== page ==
Living This Branded Life: The Opportunities and Pitfalls for Brands as Facebook leads the charge on branded verbs

This_branded_life_adidasthe evolution of the brand as demonstrated by adidas: branded products, adverts, content, conversations and now living

in the beginning was the thing.  and so that we could determine origin and provenance of the thing, there was the branded thing.  very soon after that businesses wanted to tell people about their things so they made ads, which were often of 30 seconds duration.  in time this branded content became as long as a movie, or even a permanent experiential space from which you could buy the product.  and then, at some point near the start of the 21st Century a curious thing happened.  brands went a step further and started branding our lives.

social media and brands go together like cookies and cream.  its impossible to discuss one without the other.  and so it was no surprise that amidst all the announcements of gestures and timelines and apps at facebook’s f8 developer conference – one of the biggest questions to emerge is what does this all mean for brands?

a cracking summary by Lucio Dias Ribiero of social media agency The Online Circle on Mumbrella noted that there are three main developments: (1) gestures – from now onwards, developers will have the power to create their own buttons (2) new apps – a new breed of social applications and ‘lifestyle apps’ which allow users to ‘read, watch and listen’ to media and (3) timeline – a scrapbook of your life as captured and curated by the Book.

Ribiero notes that the changes will allow brands to build their own customised buttons, and describes the significance the changes will mean for targeting:

“now that users can share what they are consuming (videos, news, music) through media partner applications, marketers can get mentions and give them wider distribution through sponsored stories – a new kind of behavioural advertising … These apps present brands with a completely new way of targeting Facebookers. Depending on what sort of content users are consuming, ads can be filtered and served accordingly”

the implications of this are far from insignificant and go much further than targeting.  by allowing brands to create customised buttons, facebook is leading the change on allowing brands to connect with and attach themselves to what we’re doing in an unprecedentedly tangible way.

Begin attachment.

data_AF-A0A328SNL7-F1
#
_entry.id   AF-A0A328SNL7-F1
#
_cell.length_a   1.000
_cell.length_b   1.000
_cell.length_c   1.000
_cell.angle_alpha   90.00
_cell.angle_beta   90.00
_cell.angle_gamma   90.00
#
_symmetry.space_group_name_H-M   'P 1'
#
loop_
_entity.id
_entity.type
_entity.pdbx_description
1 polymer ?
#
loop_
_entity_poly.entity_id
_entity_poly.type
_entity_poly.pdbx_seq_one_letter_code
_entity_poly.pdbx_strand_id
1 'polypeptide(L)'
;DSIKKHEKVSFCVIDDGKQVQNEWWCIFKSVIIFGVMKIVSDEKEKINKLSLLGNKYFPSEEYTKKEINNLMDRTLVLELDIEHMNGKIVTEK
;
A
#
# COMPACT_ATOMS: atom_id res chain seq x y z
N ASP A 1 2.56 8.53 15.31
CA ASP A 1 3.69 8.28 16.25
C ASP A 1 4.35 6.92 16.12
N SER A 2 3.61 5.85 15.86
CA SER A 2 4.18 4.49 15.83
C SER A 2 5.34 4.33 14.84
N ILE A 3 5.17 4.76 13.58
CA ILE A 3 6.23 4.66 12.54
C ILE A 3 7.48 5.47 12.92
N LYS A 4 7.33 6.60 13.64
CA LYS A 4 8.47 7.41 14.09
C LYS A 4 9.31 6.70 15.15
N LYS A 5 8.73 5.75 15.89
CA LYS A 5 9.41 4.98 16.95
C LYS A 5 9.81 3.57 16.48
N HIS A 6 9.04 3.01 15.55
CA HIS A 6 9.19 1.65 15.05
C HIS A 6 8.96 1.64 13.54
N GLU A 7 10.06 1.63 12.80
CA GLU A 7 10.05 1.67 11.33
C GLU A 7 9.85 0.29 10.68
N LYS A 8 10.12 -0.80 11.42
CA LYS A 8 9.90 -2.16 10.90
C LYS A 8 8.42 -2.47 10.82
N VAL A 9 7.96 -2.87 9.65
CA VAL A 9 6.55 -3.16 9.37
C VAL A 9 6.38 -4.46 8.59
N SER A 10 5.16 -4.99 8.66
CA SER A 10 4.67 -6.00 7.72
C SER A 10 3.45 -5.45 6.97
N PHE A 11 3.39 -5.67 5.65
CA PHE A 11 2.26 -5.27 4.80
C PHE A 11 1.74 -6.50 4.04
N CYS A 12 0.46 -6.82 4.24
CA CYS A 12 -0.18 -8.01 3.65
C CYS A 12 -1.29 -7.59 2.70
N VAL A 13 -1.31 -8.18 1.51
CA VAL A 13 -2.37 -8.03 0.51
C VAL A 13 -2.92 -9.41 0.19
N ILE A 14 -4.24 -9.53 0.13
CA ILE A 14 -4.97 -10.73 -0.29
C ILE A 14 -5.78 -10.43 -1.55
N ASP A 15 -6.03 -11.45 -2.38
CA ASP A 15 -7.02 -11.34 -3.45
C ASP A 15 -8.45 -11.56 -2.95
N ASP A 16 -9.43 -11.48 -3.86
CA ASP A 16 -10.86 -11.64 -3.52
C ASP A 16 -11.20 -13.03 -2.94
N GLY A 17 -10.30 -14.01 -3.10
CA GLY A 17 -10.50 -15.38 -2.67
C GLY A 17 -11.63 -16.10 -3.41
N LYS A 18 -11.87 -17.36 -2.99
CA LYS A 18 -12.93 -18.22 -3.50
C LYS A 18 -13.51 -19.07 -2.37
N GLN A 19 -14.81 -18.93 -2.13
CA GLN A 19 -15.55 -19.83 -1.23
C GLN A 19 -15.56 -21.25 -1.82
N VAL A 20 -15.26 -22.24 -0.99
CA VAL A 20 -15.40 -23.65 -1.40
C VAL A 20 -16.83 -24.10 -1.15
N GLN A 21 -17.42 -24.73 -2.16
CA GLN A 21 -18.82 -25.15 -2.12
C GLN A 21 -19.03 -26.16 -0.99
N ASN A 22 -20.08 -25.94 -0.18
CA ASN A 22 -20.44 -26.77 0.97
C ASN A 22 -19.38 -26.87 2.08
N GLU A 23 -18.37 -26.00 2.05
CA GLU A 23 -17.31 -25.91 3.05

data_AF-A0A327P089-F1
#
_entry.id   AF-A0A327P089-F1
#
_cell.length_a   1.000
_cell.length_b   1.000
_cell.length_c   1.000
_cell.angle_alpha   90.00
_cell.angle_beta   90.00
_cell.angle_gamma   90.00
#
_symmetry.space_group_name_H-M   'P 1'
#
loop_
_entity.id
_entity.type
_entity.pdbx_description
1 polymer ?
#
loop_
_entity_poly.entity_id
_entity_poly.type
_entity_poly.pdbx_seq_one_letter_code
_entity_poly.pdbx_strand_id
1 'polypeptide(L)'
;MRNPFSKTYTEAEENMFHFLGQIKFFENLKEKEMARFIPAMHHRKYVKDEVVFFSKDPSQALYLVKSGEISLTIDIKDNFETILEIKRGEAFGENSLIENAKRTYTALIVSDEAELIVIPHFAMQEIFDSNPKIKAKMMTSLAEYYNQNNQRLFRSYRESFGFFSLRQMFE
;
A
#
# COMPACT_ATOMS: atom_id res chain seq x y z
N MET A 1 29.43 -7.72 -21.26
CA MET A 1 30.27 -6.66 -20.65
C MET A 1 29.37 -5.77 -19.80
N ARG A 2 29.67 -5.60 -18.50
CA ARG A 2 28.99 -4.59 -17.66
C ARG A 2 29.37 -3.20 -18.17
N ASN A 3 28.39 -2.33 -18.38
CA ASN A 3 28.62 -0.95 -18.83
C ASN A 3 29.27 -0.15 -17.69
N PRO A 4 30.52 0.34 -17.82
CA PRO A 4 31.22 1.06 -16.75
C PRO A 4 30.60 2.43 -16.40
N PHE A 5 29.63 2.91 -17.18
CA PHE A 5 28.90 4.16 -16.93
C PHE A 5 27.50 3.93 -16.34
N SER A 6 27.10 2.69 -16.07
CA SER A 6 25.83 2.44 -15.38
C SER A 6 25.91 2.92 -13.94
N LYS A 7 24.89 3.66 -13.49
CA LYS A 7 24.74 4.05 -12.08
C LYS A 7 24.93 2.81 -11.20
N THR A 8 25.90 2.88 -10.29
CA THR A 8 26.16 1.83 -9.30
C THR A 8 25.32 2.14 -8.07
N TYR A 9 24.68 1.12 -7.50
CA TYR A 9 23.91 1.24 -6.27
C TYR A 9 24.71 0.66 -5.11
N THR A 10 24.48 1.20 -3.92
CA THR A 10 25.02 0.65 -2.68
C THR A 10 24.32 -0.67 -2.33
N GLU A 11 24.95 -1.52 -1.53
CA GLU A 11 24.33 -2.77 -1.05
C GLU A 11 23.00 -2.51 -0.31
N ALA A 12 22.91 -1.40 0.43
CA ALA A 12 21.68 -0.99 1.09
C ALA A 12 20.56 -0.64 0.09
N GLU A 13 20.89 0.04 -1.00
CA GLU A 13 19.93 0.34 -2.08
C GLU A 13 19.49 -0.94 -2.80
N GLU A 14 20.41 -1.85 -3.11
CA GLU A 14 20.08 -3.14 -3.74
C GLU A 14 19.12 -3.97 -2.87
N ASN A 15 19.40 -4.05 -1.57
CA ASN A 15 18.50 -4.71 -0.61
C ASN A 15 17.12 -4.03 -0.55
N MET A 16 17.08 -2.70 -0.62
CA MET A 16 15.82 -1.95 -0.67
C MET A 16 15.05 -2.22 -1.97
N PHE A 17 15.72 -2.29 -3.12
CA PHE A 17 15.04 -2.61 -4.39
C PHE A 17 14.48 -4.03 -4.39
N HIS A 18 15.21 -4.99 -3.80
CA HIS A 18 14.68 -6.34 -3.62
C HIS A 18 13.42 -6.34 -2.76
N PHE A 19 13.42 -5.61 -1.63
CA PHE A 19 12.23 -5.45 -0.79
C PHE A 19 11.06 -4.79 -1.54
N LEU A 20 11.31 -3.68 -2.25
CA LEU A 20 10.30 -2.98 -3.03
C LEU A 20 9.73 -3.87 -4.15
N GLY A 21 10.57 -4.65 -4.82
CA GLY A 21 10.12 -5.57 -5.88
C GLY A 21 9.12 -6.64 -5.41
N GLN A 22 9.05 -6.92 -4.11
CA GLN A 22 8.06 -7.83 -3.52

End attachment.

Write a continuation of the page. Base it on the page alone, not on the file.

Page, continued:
and facebook are far from alone.  in fact (of all people) Aussie broadcasters are all over this … it’s hard to describe how much better Q&A is with the incorporation of observations that arrive in the studio via #qanda, but this week also saw Nine launch a live voting platform for WWOS that – via Vodafone’s Viewers’ Verdict Vote – allows viewers to take part in on-air discussions:

Wwos_vodafone_voting
WWOS’s Vodafone’s Viewers Vote

and Leckie’s dramatic presentation last week included the announcement that SMG Red will be soon launching a mobile app / online platform that will allow viewers to check into programs – encouraging interaction with on-air content but also in conversations that extend beyond the content.  and brand-funded, SMGRed-hosted community that will be rewarded for interaction.

a branded life indeed.

to which our very last reaction should be surprise.  our lives have been well and truly branded for at least half a century if not considerably longer…  yet this is far from a challenge, we are at the threshold of the age of utility.  a wave of usefulness is about to crash over us, and I for one can’t wait.  no, the challenge – God love ’em – is for brands…

because if the world wasn’t complicated enough, it just got a whole lot more so.  post-f8, if you’re in charge of a brand,  you have to ask yourself if you want a branded facebook app that – via customised buttons – will allow people to share what they’re doing via you and your brand’s app.

of course for some brands this is easy.  if you’re a brand with a clear idea of why you exist and what activities, interests and passions you want to stimulate in the world its rather straight forward.  if you’re a brand with a clear ideas of what to be in your next ad, it’s almost impossible to answer.

ah, plus ça change … and yet a gloriously simple question for brands remains: with which verb does your brand want to be associated?

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